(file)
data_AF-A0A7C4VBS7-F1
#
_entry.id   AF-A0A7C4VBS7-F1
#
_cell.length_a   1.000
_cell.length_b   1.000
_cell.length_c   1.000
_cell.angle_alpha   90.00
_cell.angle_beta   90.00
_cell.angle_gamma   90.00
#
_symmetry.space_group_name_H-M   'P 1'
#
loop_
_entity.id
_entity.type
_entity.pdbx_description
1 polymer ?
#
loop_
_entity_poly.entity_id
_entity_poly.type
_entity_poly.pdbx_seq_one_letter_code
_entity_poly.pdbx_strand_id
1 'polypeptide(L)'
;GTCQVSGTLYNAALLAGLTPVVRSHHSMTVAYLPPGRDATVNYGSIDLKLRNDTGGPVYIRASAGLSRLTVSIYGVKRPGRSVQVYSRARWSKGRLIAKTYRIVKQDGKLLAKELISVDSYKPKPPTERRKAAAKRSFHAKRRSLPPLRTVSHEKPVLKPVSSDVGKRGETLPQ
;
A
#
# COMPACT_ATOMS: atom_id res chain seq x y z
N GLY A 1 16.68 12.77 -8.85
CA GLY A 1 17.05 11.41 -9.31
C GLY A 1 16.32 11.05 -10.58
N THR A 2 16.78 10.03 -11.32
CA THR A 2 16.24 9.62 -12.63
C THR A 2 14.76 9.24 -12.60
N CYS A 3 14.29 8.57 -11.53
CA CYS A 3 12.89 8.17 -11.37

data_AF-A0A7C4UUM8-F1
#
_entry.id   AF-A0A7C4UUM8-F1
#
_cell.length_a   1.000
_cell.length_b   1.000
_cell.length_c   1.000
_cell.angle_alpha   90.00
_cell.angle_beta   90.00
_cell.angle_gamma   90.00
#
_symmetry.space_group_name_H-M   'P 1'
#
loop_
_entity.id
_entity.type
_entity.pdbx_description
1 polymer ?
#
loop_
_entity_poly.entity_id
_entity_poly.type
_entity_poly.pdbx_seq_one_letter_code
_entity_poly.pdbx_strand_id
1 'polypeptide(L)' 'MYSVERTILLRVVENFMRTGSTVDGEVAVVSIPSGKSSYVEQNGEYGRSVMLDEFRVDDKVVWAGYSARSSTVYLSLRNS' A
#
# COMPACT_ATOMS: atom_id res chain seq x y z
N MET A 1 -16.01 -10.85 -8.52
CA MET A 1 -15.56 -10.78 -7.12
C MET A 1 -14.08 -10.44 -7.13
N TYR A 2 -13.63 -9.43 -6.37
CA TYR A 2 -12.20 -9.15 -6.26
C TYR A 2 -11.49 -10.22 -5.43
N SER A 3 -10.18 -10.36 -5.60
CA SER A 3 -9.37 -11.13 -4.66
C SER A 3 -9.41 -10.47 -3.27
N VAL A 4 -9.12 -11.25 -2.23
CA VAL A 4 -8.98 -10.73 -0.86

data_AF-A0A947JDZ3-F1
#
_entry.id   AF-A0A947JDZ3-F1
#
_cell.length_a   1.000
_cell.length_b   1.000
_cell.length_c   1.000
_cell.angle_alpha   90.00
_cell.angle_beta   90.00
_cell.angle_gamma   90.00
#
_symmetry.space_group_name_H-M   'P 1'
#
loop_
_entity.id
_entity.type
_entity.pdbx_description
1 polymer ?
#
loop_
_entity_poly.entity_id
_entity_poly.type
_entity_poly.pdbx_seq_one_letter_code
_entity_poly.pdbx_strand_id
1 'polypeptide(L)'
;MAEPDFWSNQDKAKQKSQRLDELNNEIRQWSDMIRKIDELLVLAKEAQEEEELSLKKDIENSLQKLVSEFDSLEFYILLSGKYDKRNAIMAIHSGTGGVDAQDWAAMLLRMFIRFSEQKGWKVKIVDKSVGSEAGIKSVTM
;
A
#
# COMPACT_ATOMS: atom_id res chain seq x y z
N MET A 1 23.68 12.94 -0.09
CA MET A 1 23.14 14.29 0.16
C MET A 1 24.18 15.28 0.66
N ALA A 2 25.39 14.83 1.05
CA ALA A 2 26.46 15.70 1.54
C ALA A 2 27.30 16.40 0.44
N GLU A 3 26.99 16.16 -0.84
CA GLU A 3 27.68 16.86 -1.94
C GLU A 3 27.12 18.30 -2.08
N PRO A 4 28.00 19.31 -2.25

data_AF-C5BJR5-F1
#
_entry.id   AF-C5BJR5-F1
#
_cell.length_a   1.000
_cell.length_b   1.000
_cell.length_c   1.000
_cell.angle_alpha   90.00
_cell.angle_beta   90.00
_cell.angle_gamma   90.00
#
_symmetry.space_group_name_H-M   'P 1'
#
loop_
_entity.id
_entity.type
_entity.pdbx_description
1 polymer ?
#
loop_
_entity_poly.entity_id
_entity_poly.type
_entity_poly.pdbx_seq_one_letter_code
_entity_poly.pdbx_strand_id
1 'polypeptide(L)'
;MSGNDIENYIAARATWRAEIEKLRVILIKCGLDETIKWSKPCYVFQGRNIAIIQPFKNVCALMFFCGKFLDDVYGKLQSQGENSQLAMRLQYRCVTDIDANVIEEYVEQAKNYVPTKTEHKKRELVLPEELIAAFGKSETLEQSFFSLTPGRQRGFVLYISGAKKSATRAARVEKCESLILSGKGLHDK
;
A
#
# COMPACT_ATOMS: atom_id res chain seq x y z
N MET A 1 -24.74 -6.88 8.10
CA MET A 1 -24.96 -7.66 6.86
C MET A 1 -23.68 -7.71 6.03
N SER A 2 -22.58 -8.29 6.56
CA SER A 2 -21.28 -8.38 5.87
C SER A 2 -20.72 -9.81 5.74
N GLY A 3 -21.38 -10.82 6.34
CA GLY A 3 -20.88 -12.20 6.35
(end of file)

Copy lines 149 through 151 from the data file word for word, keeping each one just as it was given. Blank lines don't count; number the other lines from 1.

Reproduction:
C MET A 1 -23.68 -7.71 6.03
N SER A 2 -22.58 -8.29 6.56
CA SER A 2 -21.28 -8.38 5.87